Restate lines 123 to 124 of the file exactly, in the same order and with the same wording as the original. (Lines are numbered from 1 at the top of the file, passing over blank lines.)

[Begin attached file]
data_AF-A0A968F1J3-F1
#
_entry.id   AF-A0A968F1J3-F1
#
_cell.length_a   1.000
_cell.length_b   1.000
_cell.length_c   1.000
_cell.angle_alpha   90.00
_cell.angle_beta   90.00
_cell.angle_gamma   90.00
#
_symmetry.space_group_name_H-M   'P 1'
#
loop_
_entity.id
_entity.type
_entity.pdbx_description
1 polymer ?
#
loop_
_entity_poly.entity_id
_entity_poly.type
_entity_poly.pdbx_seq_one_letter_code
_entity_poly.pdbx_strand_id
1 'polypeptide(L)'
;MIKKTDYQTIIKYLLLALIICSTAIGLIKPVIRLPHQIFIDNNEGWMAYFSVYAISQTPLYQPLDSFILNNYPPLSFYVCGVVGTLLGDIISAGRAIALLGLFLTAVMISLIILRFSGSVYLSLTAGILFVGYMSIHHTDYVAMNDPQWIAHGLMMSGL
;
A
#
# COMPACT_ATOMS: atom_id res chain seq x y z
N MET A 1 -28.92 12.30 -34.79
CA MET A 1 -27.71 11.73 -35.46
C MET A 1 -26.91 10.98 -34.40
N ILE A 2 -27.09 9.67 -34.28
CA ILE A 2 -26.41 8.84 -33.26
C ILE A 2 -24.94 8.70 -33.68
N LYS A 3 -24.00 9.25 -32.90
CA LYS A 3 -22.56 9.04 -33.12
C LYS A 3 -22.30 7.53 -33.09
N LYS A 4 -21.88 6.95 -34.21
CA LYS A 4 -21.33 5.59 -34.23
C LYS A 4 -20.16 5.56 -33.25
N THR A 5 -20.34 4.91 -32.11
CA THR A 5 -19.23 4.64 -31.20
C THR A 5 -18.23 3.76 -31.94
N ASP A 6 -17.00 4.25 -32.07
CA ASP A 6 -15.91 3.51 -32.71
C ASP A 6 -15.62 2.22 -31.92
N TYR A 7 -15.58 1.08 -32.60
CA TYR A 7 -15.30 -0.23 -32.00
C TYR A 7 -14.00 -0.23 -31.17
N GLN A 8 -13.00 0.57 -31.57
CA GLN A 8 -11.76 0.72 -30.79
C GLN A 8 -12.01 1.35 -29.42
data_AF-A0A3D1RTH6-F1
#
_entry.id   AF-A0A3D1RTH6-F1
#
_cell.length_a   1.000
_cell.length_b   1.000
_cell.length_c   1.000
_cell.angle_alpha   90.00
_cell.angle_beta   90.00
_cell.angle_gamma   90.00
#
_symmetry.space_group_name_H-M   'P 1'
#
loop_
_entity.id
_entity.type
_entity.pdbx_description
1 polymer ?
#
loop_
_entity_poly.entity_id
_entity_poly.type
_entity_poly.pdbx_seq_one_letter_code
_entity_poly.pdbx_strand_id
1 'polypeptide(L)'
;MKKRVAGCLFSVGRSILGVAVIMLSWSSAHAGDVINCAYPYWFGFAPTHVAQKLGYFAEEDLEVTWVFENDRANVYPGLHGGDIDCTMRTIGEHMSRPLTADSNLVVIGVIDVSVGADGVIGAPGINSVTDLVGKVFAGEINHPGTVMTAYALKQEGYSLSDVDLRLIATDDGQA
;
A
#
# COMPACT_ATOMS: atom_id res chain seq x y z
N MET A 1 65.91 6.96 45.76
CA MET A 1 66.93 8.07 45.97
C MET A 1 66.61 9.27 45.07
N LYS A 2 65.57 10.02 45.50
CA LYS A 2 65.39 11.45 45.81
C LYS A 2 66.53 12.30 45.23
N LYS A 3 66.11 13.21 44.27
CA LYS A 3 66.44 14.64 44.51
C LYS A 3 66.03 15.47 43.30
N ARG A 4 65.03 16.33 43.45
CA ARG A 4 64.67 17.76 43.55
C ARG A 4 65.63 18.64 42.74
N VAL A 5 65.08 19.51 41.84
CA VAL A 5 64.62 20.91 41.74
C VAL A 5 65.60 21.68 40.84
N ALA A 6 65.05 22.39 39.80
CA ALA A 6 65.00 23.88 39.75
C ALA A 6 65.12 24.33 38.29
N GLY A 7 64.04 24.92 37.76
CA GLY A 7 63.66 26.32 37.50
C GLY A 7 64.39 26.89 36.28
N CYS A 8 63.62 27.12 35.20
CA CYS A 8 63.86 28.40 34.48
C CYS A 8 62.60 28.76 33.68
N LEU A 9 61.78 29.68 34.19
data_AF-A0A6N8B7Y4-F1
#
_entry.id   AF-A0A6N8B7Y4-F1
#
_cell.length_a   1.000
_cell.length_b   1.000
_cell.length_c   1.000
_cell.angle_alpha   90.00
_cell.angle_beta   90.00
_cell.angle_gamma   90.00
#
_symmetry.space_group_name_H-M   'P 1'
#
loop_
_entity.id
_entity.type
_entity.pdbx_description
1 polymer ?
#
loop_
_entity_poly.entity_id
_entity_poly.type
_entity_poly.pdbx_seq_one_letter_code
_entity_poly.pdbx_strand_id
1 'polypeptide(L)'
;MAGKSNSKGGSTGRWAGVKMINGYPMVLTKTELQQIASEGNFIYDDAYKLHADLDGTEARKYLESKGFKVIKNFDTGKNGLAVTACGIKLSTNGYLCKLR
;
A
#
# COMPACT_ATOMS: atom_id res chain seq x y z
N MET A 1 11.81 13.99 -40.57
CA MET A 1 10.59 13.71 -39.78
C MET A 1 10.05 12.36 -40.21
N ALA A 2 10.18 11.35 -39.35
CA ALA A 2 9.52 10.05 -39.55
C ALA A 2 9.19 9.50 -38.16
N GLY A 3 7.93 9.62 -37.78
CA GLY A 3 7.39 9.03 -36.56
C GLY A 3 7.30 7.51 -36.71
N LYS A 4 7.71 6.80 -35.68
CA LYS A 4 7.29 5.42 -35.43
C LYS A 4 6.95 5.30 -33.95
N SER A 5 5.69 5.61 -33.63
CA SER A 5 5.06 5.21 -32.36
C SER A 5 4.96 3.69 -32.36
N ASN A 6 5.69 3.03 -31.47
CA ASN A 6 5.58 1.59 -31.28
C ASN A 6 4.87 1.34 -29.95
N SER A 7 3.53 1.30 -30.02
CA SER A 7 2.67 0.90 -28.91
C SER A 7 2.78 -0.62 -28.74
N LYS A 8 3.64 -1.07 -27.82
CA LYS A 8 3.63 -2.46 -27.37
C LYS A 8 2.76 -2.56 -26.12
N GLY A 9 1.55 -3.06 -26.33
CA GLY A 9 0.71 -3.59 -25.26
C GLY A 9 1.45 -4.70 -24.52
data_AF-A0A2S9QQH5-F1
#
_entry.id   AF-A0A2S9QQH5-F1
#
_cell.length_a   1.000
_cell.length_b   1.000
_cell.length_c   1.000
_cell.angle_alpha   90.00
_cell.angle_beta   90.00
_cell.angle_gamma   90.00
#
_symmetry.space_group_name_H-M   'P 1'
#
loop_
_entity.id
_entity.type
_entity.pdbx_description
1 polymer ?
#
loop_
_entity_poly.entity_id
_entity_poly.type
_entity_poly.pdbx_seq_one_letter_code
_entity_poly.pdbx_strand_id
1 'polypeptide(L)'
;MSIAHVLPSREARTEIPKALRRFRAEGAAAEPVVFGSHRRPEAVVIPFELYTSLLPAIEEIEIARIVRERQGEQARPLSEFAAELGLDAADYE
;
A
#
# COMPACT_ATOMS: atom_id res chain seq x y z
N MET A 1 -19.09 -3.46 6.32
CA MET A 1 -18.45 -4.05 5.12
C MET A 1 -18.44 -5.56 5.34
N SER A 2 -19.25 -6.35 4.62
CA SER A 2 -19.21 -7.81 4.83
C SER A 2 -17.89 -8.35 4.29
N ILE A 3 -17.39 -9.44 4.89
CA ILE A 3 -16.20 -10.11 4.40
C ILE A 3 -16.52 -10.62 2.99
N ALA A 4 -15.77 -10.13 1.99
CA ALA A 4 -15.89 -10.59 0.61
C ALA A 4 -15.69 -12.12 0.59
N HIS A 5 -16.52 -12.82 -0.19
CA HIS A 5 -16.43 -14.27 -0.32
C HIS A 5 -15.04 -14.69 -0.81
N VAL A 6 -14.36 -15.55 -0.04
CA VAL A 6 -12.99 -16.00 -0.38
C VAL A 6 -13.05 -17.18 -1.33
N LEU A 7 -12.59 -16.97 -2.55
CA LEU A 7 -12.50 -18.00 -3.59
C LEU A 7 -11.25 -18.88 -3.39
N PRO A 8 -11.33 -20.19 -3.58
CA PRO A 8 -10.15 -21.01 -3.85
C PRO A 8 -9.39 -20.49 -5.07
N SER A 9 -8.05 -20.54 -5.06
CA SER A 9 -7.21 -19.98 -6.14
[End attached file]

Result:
loop_
_entity.id